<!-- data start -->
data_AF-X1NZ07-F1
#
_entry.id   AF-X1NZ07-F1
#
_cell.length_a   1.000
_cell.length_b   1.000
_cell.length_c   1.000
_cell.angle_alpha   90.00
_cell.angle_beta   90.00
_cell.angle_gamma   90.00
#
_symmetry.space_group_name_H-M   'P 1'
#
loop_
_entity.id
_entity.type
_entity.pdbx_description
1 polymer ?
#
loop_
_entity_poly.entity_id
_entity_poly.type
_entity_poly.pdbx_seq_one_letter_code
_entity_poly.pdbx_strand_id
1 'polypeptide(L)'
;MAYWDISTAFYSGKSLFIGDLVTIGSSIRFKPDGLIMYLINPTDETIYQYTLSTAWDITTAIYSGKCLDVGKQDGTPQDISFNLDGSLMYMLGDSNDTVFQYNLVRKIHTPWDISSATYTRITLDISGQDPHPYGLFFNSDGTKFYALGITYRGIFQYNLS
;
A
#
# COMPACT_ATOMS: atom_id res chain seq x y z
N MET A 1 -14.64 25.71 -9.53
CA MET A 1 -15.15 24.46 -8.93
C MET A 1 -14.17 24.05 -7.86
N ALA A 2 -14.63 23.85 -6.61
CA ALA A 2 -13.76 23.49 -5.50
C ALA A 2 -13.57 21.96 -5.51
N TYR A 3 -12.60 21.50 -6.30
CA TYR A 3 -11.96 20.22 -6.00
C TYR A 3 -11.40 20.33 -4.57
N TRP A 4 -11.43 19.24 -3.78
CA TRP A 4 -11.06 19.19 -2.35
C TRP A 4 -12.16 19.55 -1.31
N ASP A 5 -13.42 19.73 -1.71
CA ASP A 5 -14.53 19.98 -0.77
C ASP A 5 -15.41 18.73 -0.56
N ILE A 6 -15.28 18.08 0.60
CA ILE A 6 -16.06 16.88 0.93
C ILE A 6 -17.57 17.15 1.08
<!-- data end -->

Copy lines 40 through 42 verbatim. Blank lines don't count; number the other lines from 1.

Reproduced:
N TRP A 4 -11.43 19.24 -3.78
CA TRP A 4 -11.06 19.19 -2.35
C TRP A 4 -12.16 19.55 -1.31